Thursday, August 20, 2009

My Take: A Review of "A Dog In A Hat"

"I did tell Joe Parkin to go to Belgium. I did not, however, tell him to stay" (ix). After reading that, I knew this was going to be an interesting read.

In the spring of 1986, Joe packs two bags (one holding his bike, the other holding everything else) and flies to Belgium rather than stick around to race regionally. And when Joe arrives in Belgium, he doesn't know the language, or really what he's doing; he's just one more amateur hoping to catch the eye of a team director and a pro contract.

The chapters are more or less laid out chronologically and are a selection of stories of Joe's five year pro career in Belgium. The stories are told with plain, spare language that makes it easy to imagine the slick roads, crazy riders, and crazier, fair-weather cycling fans that Joe encounters.

These stories are told with an insider's view. I mean that, while Joe is an American, he comes across quite European in the way he deals with quirky teammates, insulting team directors, hard riding conditions, and the overall suffering of being a professional bike racer.

Parkin doesn't gloss over the hard stuff, either. The way he and others dealt with drugs, doping, cheating, and deal-making are all confronted with the same frank 'this is the way it was' style (I found it refreshing). "It wasn't always pretty, but that's what happened," is the author's tone through these parts of the book.

Overall, I'd have to give this book 4.5 out of 5 stars. And I would highly recommend it to anyone who is interested in delving deeper into cycling culture and the history of the sport.

A note on the title: "I had heard a lot of the old Belgians use the expression 'een hond met een hoed op,' which means 'A dog with a hat on'. In the context in which I heard it, I took it to mean that you see a dog in a hat when a normal situation changes, when something looks out of place" (102).

Monday, August 10, 2009

Scattered Thoughts On Balance

I went into the coffee shop where I work to cover part of someone's shift this morning. Since it was only two-and-one-half hours, I decided a trip to the library was in order afterwards.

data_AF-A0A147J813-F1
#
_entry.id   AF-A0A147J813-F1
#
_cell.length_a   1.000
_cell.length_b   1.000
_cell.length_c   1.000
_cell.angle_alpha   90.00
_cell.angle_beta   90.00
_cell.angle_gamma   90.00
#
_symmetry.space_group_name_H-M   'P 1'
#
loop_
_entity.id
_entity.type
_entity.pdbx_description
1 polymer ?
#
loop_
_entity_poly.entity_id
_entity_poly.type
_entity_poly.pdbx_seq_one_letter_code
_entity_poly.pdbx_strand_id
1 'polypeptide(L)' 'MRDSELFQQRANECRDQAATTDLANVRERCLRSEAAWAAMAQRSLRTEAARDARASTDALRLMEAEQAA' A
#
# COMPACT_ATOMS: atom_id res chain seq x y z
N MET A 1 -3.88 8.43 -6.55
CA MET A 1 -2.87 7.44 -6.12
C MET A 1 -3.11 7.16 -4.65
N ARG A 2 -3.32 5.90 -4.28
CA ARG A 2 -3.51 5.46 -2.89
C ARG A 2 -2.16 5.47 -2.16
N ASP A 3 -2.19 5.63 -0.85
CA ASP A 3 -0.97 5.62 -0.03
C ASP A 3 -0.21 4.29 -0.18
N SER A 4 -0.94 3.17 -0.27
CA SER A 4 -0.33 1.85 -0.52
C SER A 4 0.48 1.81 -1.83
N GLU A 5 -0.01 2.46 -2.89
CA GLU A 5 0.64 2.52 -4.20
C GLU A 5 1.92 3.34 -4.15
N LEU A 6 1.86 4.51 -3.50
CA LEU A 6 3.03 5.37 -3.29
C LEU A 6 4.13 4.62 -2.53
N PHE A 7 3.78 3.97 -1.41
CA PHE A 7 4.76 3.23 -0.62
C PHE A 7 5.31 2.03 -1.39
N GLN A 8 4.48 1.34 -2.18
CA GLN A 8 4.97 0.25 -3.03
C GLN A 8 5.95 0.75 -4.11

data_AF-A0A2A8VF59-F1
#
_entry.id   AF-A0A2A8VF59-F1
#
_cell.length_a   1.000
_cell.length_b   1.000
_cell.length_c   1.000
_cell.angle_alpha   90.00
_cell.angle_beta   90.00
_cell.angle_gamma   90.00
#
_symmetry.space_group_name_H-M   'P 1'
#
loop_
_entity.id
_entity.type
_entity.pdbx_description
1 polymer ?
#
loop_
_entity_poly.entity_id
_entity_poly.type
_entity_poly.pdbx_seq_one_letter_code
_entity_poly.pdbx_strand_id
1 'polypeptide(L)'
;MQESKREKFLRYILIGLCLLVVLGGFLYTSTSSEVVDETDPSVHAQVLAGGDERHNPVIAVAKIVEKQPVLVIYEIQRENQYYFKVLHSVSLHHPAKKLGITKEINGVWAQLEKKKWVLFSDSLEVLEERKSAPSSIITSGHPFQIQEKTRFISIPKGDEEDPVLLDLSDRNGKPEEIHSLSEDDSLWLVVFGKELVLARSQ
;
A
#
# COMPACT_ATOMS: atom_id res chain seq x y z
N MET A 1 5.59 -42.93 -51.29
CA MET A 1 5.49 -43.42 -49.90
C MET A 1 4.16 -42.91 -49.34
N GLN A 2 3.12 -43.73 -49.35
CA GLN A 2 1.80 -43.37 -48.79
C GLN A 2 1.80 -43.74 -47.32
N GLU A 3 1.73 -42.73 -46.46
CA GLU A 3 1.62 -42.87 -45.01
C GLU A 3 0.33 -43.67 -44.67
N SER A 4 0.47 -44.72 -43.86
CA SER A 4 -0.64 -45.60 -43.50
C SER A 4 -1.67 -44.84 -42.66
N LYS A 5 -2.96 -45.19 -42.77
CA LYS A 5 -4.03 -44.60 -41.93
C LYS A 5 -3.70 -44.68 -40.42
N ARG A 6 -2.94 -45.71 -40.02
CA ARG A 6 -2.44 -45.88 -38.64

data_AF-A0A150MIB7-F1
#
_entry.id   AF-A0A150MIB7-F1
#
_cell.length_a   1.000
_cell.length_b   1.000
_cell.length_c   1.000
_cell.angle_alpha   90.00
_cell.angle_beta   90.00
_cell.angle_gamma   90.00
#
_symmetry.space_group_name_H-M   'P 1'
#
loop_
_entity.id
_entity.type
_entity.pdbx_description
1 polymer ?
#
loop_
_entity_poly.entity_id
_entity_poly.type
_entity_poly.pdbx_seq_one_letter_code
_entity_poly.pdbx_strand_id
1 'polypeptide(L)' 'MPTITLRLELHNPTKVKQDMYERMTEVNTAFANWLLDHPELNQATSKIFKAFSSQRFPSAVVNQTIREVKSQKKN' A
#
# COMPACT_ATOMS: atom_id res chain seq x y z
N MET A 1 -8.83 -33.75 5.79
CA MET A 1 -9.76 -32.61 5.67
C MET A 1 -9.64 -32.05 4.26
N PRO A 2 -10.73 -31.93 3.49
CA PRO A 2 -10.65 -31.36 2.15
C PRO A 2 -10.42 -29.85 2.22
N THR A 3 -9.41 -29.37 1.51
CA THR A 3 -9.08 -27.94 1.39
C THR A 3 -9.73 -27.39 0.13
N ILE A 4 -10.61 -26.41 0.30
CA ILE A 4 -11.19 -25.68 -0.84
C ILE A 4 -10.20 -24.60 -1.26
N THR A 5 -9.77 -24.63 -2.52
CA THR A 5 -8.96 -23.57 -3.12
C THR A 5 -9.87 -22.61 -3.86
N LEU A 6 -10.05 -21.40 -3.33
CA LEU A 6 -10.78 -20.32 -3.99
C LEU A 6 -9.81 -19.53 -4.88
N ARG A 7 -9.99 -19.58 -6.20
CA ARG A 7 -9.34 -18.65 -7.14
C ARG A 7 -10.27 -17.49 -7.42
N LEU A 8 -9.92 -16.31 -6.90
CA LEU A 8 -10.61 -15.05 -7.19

As I was hunting through the stacks, it occured to me that I hadn't really done this since college, that is hunt randomly through stacks of books for anything that struck my fancy. I had complete freedom to choose any book regarding any subject that I wanted. To have that kind of freedom is exhilerating.

So, why talk about reading, writing, and libraries in a blog usually dedicated to cycling? Because I believe that life is best when it's in balance. Part of the reason I haven't been here in a few weeks is that I couldn't articulate my thoughts about the bike, but I had plenty to say about other subjects. When I was in college, we used to have long discussions at the dinner table in the cafeteria and in the classroom (Recreation major) about balance between work and play.

Using my brain in this way balances out my activities on the bike. Lately, I've felt like I'd rather re-read Joe Parkin's Dog In A Hat, than ride a few extra miles. Perhaps, it's because I've focused so much of my leisure time on riding this summer that I've neglected the other parts of my life that are important. Like reading, listening to live music, going to festivals, and hanging out with friends.

While I'm in great physical shape, my life has been a bit out of balance.

Where's this scattered, long-winded rant going? While I'm going to try to focus this blog on my thoughts on anything I can think of cycling-related, don't be surprised if you see a book or film review posted, either.

Cool? Oh, good. So glad you agree.

By the way, I can now ride no-handed. It only took all summer to learn. *huge grin*

Until next time, ride long and keep the rubber-side down.